Peerless Woolen Mills in Rossville
A devoted effort to revive the heart of a northwest Georgia manufacturing community took shape this spring through an innovative economic development collaboration with the University Of Georgia Carl Vinson Institute Of Government, Chattanooga’s Lyndhurst Foundation and GMA.
Through the collaboration, six teams of UGA landscape architecture students invested months of work preparing redevelopment designs for the Peerless Woolen Mills site that Rossville Mayor Teddy Harris calls the heart of his city. On May 2, the students presented their revitalization designs to Harris, other community leaders, citizens and members of the economic development coalition in Rossville City Hall.
With Lyndhurst Foundation support, 18 landscape architecture students working through UGA’s Urban Design Studio produced alternative solutions to reinvigorate the 27-acre mill site as a nexus for the kinds of social and business activities that can be seamlessly incorporated into the fast-growing metropolitan Chattanooga region.
“They are all great designs,” Harris said. “The thing I really like is that when these plans are given to prospective developers and investors they can pick and choose the parts that economically are the best fit for redevelopment.”
The Urban Design Studio is a component of the Georgia Downtown Renaissance Partnership, an economic development collaboration coordinated by the Institute of Government, GMA, the Georgia Cities Foundation and others. For the first time, a Georgia Downtown Renaissance Partnership project was supported by the Lyndhurst Foundation, a nonprofit dedicated to strengthening metro Chattanooga’s economy.
In Rossville, just across the state line from Chattanooga, students with the UGA College of Environment and Design worked in groups to create six different redevelopment plans for Peerless Mills. The students modeled big-picture ideas that could serve as catalysts for effective site redevelopment.
One group based its proposal on the region’s exceptional recreational opportunities by designing what could become a recreation mecca for outdoor enthusiasts and related retailers and small manufacturers. Other designs focused on developing a railroad center, a large civic plaza or mixed-use high-tech or green industry incubators.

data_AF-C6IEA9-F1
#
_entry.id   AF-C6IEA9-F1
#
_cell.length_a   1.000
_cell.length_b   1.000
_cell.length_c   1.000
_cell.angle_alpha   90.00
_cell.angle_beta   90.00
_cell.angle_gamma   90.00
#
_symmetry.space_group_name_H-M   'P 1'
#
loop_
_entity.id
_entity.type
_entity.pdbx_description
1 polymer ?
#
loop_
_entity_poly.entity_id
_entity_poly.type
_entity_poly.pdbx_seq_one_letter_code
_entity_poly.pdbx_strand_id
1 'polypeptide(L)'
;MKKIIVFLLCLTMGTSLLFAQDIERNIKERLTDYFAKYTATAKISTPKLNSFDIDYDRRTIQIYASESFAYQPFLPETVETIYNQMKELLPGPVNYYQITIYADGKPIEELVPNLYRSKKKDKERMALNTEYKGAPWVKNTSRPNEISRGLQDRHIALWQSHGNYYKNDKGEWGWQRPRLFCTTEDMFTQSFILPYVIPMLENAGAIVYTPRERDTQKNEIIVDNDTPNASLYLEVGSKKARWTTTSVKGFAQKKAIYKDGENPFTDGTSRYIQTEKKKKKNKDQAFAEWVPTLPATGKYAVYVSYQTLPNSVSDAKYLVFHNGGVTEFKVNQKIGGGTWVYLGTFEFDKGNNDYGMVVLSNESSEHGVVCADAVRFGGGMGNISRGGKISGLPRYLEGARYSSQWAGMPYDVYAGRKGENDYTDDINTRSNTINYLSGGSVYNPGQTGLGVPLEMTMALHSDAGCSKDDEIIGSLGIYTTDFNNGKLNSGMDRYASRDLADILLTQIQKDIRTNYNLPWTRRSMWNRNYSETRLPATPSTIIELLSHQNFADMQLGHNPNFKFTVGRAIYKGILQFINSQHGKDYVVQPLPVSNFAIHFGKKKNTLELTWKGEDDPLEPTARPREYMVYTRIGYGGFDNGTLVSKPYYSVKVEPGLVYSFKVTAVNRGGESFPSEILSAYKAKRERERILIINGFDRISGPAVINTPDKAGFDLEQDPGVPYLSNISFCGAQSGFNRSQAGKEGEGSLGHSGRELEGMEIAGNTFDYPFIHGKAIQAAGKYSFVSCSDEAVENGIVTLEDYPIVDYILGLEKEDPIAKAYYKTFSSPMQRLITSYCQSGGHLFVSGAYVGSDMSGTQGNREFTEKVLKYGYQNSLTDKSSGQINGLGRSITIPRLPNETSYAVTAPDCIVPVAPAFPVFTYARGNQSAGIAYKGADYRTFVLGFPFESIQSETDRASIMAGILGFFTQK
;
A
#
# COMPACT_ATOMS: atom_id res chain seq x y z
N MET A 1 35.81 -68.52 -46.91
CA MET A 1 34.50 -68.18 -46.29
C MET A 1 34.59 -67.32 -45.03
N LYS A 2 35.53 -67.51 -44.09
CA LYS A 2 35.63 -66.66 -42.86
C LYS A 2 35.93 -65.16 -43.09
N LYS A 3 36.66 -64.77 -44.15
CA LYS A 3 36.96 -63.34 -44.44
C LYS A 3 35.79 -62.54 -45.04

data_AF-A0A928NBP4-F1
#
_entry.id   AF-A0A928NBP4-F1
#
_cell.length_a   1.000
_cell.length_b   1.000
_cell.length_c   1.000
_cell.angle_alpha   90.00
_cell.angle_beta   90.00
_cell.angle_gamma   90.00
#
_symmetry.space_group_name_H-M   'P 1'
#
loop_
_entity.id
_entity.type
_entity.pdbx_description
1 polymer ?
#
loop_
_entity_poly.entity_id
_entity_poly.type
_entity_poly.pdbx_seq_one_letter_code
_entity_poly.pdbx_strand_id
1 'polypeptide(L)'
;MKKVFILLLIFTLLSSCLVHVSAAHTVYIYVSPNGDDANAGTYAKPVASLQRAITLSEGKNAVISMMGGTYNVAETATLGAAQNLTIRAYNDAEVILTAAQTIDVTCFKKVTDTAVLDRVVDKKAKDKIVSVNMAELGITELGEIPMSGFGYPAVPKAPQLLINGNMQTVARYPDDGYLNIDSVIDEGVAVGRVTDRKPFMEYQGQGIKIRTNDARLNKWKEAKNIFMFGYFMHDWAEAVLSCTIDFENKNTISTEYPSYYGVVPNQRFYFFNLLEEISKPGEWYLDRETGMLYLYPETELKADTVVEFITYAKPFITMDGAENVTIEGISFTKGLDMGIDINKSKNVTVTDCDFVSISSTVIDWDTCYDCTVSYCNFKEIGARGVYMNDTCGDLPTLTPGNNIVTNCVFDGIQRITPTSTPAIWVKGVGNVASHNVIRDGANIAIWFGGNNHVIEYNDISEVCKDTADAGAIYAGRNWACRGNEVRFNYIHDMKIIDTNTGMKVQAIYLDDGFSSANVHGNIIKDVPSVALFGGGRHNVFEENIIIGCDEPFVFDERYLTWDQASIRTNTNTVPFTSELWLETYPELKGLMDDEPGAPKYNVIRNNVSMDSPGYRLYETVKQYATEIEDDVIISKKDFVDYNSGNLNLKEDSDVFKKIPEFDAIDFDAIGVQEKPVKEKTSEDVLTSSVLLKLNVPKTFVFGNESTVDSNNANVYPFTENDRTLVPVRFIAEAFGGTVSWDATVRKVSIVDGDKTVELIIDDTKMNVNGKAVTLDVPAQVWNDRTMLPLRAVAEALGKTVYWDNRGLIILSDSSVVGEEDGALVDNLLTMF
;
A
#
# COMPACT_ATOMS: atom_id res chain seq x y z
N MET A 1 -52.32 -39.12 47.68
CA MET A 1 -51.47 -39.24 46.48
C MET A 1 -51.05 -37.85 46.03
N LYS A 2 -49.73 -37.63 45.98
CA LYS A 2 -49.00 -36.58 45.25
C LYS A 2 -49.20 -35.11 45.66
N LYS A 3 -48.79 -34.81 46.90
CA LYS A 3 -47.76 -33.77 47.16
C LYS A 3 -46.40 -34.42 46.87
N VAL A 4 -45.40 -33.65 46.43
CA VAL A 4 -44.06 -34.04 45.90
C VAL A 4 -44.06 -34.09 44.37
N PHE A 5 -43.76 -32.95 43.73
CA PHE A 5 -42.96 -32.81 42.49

Preparing realistic plans that can serve as catalysts for reviving the longdormant mill site required the support of a growing coalition of public and private organizations, starting with the Georgia Downtown Renaissance Partnership. GMA and the Carl Vinson Institute of Government launched the partnership in 2013 with support from the Georgia Cities Foundation to help municipal leaders foster vibrant downtowns. Institute of Government faculty member Danny Bivins coordinates the Renaissance Partnership with GMA.
CED is intimately involved in two of the partnership’s three components: the Urban Design Studio that produced the Rossville redevelopment plans and a summer internship program. The Institute of Government works closely with GMA on the third component, a Renaissance Strategic Visioning & Planning (RSVP) process that helps Georgia cities establish effective downtown revitalization programs.
In just three years, more than 30 Georgia cities have benefitted from the Renaissance Partnership, GMA Executive Director Lamar Norton points out.
“The Georgia Downtown Renaissance Partnership has been a great resource for cities,” Norton said. “The Urban Design component gives students career-building experience and the participating cities get a well-thought-out plan to help them move forward.”
Landowners Hazel and Mitchell Bell were excited to offer Peerless Mills as a study site for CED Associate Professor Douglas Pardue’s Urban Design students. Additional support came from the Lyndhurst Foundation and the citizen-led Thrive 2055, both dedicated to advancing economic, educational and recreational opportunities in the Chattanooga area.
The Lyndhurst Foundation has been a major player in Chattanooga’s ongoing rebirth and its service area includes five Georgia counties. This year, the foundation lent its support to Renaissance Partnership projects in Rossville, Chickamauga and Chatsworth, according to President and Treasurer Benic “Bruz” Clark III.
“Community visioning and innovative urban planning and design have been essential ingredients in the Lyndhurst Foundation’s long-term strategy to revitalize downtown Chattanooga,” Clark said. “It is exciting to be able to help export this approach to community and economic development in outlying towns such as Rossville, Chatsworth and Chickamauga through the Renaissance Partnership.”
The Peerless Mills project illustrates perfectly why the Renaissance Partnership is so special, Pardue said. “It provided an exceptional experiential learning opportunity for our students by allowing them to work directly with community leaders and partners on an important civic site. And it provided the city of Rossville with design visions that will assist with site planning and fundraising,” he said.
Mayor Harris pledged to continue working with the Bell family to once again make Peerless Mills the vibrant heart of a thriving city. “The city is here to facilitate and to help in any way that we can. I think an economic boom will take place in the entire south side of the Chattanooga metro area when the right combination of redevelopment happens at Peerless Mills.”